# How do you convert POSIX date to day of year in R?

The title has it: how do you convert a POSIX date to day-of-year?

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An alternative is to format the `"POSIXt"` object using `strftime()`:

``````R> today <- Sys.time()
R> today
[1] "2012-10-19 19:12:04 BST"
R> doy <- strftime(today, format = "%j")
R> doy
[1] "293"
R> as.numeric(doy)
[1] 293
``````

which is preferable to remembering that the day of the years is zero-based in the POSIX standard.

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Just ran into my first data set with a `POSIXct` column. Seemed like time to mark yours as the accepted answer. –  Gregor Dec 4 '12 at 19:38

I realize it isn't quite what the poster was looking for, but I needed to convert POSIX date-times into a fractional day of the year for time series analysis and ended up doing:

``````today <- Sys.time()

doy2014f<-(today-as.POSIXct(as.Date("2014-01-01 00:00", tzone="UTC")))/86400
``````
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This is the way how I do it:

``````as.POSIXlt(c("15.4", "10.5", "15.5", "10.6"), format = "%d.%m")\$yday
# [1] 104 129 134 160
``````
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As `?POSIXlt` reveals, a `\$yday` suffix to a `POSIXlt` date (or even a vector of such) will convert to day of year. Beware that POSIX counts Jan 1 as day 0, so you might want to add 1 to the result.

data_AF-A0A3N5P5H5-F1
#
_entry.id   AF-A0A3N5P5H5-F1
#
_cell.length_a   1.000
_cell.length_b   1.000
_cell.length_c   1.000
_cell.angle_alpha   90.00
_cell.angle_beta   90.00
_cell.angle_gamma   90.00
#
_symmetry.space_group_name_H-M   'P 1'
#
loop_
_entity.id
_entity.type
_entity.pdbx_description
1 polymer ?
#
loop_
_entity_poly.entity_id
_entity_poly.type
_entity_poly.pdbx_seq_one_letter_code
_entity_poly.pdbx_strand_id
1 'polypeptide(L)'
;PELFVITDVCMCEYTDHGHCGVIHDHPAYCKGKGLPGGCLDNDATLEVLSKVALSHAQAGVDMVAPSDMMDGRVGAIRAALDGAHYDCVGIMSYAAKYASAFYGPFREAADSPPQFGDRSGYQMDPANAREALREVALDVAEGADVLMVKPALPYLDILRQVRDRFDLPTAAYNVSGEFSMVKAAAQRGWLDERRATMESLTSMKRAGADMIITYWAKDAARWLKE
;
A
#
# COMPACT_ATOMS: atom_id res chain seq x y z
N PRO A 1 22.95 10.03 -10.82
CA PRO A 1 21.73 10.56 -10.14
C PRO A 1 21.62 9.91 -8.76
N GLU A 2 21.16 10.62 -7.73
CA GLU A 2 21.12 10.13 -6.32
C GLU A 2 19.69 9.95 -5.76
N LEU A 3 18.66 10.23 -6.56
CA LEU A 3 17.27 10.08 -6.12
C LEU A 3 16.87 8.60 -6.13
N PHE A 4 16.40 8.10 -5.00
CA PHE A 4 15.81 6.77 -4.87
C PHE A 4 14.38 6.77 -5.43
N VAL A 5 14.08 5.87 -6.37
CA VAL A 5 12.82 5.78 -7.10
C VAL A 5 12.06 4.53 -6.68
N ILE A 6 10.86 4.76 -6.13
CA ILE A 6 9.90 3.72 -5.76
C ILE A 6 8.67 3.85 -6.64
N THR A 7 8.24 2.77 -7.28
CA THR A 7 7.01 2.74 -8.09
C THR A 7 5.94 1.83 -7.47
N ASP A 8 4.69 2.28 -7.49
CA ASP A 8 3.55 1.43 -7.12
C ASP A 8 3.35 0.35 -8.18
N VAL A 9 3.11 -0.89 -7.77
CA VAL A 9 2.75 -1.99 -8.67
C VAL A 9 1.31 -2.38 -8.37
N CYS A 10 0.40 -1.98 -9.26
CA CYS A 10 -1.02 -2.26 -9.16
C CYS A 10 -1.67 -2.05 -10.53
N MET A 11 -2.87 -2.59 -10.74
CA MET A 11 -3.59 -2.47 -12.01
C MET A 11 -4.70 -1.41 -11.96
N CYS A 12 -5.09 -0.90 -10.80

It took me embarrassingly long to find this, so I thought I'd ask and answer my own question.

Alternatively, the excellent `lubridate` package provides the `yday` function, which is just a wrapper for the above method. It conveniently defines similar functions for other units (`month`, `year`, `hour`, ...).

``````today <- Sys.time()
yday(today)
``````
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Part of why it took me so long is that if `d` is a POSIXlt object, `str(d)` gives no indication that `d` has any further attributes. This, and that the `\$` operator works element-wise on a vector of POSIXlt objects means more than just a usual extraction is going on. I'd be interested in reading a bit more about that if anyone can recommend a nice place to start. –  Gregor Oct 31 '11 at 20:43
And, to respond to my own comment, `attributes` is the command I was looking for, `attributes(d)` provides all the ways of displaying `d`. –  Gregor Dec 15 '11 at 22:30
Heh, I was struggling with this question too. Seems that you answered it yourself (as opposed to just doing it without posting it here). Thanks for that! –  Mikko Jul 3 '12 at 10:07
Note that this will only work with an object of class `"POSIXlt"`. The other major class is `"POSIXct"` and that is stored internally in a very different way. Try your method on the output of `Sys.time()` for example. The `strftime()` approach works with both types. –  Gavin Simpson Oct 19 '12 at 19:02